Antanom and the other warriors had successfully attacked the British, who had failed to stop them, however Antanom was executed in an unforeseen occurrence. The British set a trap for them by offering a peace talk at Rundum. As Antanom and his followers approached their intended destination, the British arrested and executed them.
The Antanom Museum was built in memory of Ontoros Antanom, and visitors can learn about the history of Tenom’s local hero and his efforts to defend his people’s rights.
Melalap Train Station
Melalap train station was the former Western Sabah Railway Line station in Melalap. The railway line was officially opened on 1 August 1914 and it was used to transport produce and passengers to towns.
The station was closed and abandoned between 1970 and 1971 as a result of an economic crisis and upheaval. The train started to deteriorate and became overgrown with bushes.
Due to its lack of support and financial backing, nothing could be done to save the railway station. On 20 March 2017, Deputy Chief Minister Joseph Kitingan designated Melalap Train Station as a National Heritage, and on 23 February 2018, it became a new enactment of “Stage Heritage Enactment 2017” by Sabah’s state Heritage Council.
Batu Tinagat Lighthouse
The Batu Tinagat Lighthouse is located in Tawau, and was built by the British North Borneo Chartered Company in 1946 to provide a safe night passageway for ships bringing in coal from Silimpopon. Following World War II, the lighthouse wall was destroyed by the impact of an aircraft machine gun fired by Japanese and allied forces. Post war, the British colonial authority permitted repairs to the lighthouse, and by 1999, the source of light was given using solar energy rather than kerosene, and a new lighthouse was replaced in 2008. The lighthouse was renamed “State Heritage Enactment 2017” by the Sabah Heritage Council on 23 February 2018.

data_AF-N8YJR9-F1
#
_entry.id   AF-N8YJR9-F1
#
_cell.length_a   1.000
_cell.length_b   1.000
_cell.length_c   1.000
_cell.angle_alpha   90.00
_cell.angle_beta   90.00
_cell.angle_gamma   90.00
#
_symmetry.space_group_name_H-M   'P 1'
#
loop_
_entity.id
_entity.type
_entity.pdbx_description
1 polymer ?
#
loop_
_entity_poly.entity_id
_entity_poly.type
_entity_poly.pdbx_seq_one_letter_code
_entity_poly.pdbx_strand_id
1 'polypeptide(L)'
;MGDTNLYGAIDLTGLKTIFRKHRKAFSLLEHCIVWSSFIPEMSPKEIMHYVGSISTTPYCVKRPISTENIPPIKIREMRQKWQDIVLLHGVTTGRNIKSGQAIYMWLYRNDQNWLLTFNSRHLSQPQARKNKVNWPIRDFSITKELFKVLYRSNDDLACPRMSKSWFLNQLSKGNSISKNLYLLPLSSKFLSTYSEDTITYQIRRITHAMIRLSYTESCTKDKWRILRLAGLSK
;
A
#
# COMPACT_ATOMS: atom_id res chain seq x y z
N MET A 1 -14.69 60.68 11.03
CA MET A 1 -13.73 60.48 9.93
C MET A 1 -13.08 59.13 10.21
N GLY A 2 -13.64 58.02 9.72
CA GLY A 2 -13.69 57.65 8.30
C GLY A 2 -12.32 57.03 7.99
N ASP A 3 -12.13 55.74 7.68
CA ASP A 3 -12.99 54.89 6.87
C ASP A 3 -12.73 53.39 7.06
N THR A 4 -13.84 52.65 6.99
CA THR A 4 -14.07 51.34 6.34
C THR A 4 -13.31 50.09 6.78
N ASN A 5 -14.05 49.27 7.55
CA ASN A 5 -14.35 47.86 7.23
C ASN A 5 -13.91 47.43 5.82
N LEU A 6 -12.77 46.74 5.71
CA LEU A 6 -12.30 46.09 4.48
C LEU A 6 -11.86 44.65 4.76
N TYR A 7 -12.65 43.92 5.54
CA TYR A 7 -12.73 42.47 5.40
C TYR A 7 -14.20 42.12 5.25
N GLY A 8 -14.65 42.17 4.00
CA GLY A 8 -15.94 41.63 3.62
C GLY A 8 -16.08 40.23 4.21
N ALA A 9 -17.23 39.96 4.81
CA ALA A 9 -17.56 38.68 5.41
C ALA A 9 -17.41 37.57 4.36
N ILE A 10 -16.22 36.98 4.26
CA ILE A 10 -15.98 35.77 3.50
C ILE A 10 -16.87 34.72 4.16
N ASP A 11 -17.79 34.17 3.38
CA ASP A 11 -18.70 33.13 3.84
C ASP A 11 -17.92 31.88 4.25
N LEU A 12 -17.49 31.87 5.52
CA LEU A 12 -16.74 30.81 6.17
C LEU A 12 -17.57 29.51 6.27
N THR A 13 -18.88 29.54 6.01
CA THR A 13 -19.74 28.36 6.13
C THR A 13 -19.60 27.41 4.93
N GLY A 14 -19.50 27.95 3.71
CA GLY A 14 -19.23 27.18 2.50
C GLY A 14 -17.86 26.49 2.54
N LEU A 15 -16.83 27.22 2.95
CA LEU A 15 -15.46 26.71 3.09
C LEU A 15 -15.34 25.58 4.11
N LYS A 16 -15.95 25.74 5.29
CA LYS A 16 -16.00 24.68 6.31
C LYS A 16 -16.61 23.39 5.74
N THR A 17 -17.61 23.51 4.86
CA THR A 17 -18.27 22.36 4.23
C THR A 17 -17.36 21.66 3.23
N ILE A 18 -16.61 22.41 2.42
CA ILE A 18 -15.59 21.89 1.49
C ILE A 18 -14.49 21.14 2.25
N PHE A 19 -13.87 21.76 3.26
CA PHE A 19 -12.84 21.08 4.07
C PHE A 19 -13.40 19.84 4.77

The preservation of buildings and monuments is as important as it appears. A history is preserved and reminded of their story to serve as a remembrance and reminder of the sacrifices that have been made.
A piece of the past could represent much more than we could ever think of. If a piece of the past is not properly saved and remembered, a history is lost, and reclaiming the memory of the past may be much more difficult.
Our ancestors fought hard to get to where they are now, with sacrifices, independence, human rights, and much more than can be said.
The landmarks in Sabah have been properly preserved and portrayed to show the rest of the world how proud we are of our history and past that has been made for the betterment of our future.